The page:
• Are evidence based, researched or proven to be effective.

Locations that provide free or low-cost parent education include:

  • Your local schools and Head Start programs.
  • Community centers including parks and recreation programs.
  • Church social service programs.
  • Family or friends that you feel are good parents and are willing to share their wisdom.
  • Child care programs and not for profit day care centers.

Parent Education that has been listed by Child Welfare as being effective includes:

  • 123 Magic which includes books, videos and other helps.
  • The Nurturing Parenting Program. I taught this program to several large groups and had great success practicing the tools with my own children. This is one of my favorites.
  • The Circle of Security. This program was used successfully in our community. I was impressed by the connections created between parents and children. In my experience this requires professional support.
  • STEP (Systematic Training for Effective Parenting). This has information for young children and teens. Both programs come with excellent materials and are often found at local community centers, Head Start programs and other locations for little or no cost.

Many other options are available. Ask local facilitators about the effectiveness of their programs.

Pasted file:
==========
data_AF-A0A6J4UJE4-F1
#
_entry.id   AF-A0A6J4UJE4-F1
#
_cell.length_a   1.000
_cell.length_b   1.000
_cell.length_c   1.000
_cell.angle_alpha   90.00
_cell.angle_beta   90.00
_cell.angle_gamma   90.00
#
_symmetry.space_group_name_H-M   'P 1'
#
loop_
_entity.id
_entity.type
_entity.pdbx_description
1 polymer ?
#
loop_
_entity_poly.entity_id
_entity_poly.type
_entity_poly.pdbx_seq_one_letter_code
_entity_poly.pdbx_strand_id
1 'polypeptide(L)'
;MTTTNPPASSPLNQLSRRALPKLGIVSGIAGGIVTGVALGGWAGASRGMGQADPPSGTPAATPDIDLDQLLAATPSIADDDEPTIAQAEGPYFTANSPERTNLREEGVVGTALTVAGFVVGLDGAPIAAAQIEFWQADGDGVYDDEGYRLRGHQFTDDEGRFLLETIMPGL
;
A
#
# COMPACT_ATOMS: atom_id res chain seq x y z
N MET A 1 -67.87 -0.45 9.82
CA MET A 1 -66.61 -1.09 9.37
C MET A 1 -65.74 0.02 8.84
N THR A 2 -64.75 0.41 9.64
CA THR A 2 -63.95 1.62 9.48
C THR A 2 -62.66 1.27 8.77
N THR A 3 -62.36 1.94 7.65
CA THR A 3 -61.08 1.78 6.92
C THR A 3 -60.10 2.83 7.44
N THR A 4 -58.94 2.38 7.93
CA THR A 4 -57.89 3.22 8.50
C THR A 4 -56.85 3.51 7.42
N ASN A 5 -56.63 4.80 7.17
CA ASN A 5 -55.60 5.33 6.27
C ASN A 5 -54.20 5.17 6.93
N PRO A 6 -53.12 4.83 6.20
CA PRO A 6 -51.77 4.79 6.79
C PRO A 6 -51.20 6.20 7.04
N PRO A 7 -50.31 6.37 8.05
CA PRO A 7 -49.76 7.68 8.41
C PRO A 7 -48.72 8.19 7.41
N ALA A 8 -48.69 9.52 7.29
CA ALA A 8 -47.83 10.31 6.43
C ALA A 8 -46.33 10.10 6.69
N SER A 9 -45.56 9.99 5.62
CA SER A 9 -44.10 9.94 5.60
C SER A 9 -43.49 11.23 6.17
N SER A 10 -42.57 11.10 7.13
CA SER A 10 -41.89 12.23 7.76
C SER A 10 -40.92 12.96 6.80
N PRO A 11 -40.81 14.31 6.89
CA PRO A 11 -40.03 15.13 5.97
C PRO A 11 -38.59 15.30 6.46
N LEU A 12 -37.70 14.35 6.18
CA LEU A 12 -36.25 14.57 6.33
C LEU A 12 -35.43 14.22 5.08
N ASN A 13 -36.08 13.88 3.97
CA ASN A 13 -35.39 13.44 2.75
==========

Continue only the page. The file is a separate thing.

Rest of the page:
When choosing a parenting class or book consider the following:

  • Is it evidenced based or have you seen people use it and benefit from it?
  • Will it match your values and beliefs?
  • Will it involve the whole family? Are both parents and children involved?
  • Does it teach something that makes sense to you and are you willing to give it a try?
  • Will it give you opportunities to practice, get feed back and extra instruction?

You can work on becoming a better parent at home by:

  • Visiting parenting websites.
  • Asking local educators about their favorite books and authors. The Explosive Child a book by Ross W. Greene is an excellent parenting book that gives step-by-step directions.
  • Watching parenting videos on YouTube like this sample from 123 Magic.
  • Connecting with teachers, other parents or friends who you have observed doing a good job. Ask for help or arrange play dates and mothers lunches. Get together and learn what works and maybe find out that you know something you can teach others.

Remember there is no one right way to learn to be good parents. Each class, book and teacher will have different ideas. You will know what works for your child. Take a little from one class and a little from another book. Gather information, tips and tricks on parenting from classes, books, videos and friends. Put them all together for your child's personal owners manual.

Shannon Symonds worked 14 years as an Advocate for families experiencing Domestic or Sexual abuse while raising 6 children in Seaside Oregon. She loves to laugh, write, run, paint and most of all play with her family and friends.

Copyright 2014 Deseret Digital Media Inc.